The Tomb of Ligeia (1965) Kino Lorber Blu-ray Review
A gorgeous looking gothic horror film from director Roger Corman, The Tomb of Ligeia is an appropriately macabre piece of work that features a perfectly cast Price in a title role he was suited for.
A widower remarries, only to find that his dead wife’s spirit resides in a black cat!
A widower named Verden Fell (Vincent Price) lives on a sprawling estate with a crumbling manor house, and he has just buried his wife Ligeia (Elizabeth Shepherd). Not much remains of life worth living for Verden, but when a beautiful young woman named Lady Rowena Trevanion (also played by Shepherd) rides into his estate by accident and has a fall from her horse, thus begins a new chapter for Verden, who cannot stop mourning the death of his wife. He and Rowena begin a relationship and eventually marry, but his obsession with Ligeia gets in the way of their happiness. To make matters even worse, it seems that Verden is haunted by Ligeia, who appears to him almost on the daily, and what’s even more sinister and shocking is that the very spirit of his dead wife is contained with the small body of a black cat that traipses around the estate. The cat taunts, attacks, and even tries to kill the Lady Rowena, and so Verden goes on a mad rampage to kill the cat, and thus quell the haunting nature of his late wife, who has managed to conquer death itself.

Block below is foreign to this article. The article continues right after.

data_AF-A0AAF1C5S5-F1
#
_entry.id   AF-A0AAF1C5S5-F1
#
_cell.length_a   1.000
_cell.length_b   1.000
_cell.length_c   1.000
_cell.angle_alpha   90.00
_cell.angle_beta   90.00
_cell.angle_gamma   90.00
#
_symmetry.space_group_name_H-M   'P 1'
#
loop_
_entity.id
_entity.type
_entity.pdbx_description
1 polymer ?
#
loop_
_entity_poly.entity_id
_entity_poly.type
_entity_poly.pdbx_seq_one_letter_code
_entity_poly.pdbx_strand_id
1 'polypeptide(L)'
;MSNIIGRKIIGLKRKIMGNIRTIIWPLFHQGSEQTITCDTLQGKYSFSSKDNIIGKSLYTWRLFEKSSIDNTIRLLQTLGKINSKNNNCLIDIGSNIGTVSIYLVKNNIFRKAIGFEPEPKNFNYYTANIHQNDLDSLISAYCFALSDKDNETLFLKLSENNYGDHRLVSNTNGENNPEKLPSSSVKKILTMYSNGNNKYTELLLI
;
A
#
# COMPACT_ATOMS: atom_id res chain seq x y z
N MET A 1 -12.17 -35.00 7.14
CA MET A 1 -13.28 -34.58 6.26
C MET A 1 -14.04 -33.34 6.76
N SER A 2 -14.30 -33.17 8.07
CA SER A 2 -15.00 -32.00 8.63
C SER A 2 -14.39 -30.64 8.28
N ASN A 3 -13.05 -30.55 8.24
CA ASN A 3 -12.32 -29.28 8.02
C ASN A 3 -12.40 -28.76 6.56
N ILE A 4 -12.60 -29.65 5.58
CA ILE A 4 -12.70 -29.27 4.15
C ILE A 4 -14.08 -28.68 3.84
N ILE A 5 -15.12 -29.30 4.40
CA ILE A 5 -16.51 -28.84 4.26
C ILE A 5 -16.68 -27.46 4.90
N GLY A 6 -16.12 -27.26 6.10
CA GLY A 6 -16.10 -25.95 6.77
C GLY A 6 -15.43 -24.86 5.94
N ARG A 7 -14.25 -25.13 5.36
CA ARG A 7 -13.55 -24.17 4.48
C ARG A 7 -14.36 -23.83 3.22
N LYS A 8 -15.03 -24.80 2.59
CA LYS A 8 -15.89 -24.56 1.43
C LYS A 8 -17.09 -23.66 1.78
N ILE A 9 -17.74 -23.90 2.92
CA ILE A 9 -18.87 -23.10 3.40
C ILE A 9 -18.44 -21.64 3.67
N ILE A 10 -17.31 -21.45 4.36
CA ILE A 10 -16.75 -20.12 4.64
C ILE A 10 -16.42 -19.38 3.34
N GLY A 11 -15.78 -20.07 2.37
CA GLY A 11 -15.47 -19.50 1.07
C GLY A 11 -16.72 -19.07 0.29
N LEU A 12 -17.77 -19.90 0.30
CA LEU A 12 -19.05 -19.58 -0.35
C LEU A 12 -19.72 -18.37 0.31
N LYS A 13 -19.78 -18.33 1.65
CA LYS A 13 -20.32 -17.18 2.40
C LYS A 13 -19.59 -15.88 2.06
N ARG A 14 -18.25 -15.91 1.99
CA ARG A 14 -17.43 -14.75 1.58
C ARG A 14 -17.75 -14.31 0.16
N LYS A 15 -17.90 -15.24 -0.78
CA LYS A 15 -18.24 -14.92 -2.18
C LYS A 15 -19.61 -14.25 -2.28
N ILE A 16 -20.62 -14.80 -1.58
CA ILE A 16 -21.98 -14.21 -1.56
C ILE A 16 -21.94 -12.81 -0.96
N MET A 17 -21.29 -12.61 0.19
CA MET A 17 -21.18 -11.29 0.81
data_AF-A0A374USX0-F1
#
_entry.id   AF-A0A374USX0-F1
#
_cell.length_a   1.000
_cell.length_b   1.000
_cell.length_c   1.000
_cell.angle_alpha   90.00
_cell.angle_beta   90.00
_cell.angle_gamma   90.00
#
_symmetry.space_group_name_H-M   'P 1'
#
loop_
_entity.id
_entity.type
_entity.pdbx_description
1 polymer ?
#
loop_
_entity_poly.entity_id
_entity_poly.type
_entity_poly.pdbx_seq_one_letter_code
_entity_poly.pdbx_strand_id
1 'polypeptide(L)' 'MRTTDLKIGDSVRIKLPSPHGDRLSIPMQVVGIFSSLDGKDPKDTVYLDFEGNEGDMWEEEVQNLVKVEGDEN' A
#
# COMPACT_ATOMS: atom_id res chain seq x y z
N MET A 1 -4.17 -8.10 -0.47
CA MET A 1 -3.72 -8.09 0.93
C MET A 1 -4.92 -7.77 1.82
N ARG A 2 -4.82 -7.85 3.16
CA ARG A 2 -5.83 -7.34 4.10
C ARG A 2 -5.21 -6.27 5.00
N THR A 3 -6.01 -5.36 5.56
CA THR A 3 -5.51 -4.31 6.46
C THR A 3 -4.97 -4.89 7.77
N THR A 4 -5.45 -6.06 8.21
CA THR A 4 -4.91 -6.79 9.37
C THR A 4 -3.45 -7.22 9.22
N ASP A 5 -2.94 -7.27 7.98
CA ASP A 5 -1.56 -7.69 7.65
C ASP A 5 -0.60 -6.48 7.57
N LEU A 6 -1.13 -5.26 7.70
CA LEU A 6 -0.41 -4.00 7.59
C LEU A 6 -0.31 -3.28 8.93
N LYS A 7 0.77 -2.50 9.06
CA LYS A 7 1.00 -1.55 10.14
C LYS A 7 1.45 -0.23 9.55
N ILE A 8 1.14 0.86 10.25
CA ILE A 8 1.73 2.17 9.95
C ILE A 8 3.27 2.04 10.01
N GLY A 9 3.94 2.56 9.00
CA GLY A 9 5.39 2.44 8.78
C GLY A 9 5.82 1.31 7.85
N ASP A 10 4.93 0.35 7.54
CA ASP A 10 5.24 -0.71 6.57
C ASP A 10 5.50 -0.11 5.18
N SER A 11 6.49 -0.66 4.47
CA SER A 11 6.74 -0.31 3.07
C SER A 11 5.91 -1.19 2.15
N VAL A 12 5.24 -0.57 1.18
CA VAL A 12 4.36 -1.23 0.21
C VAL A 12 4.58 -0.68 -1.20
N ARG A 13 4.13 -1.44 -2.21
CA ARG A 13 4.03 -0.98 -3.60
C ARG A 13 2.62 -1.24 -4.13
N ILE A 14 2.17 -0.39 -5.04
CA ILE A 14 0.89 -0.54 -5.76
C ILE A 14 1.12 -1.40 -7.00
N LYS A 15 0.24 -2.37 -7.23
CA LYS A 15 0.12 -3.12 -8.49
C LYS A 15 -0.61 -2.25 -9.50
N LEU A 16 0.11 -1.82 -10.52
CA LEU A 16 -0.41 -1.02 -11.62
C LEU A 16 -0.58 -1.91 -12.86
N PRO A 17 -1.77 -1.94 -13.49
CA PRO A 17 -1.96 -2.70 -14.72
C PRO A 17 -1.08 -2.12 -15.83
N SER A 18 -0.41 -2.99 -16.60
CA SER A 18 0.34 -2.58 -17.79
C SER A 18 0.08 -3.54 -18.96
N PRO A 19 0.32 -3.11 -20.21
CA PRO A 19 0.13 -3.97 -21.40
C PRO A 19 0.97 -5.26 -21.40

A gorgeous looking gothic horror film from director Roger Corman, The Tomb of Ligeia is an appropriately macabre piece of work that features a perfectly cast Price in a title role he was suited for. The movie has great production values and beautiful locations, and the script by Robert Towne (Chinatown) nicely adapts Edgar Allen Poe’s story to film. A purely ghostly horror film with more mood building than violence, this one is a classy joint from start to finish.
Kino Lorber’s new Blu-ray edition of The Tomb of Ligeia presents the film in a nice looking HD transfer, with three separate audio commentaries – one by Corman, one by actress Shepherd, and another by film historian Tim Lucas – and it also comes with the trailer. Previously available on Blu-ray in a Vincent Price collection from Scream Factory, it is now available in this standalone edition from Kino.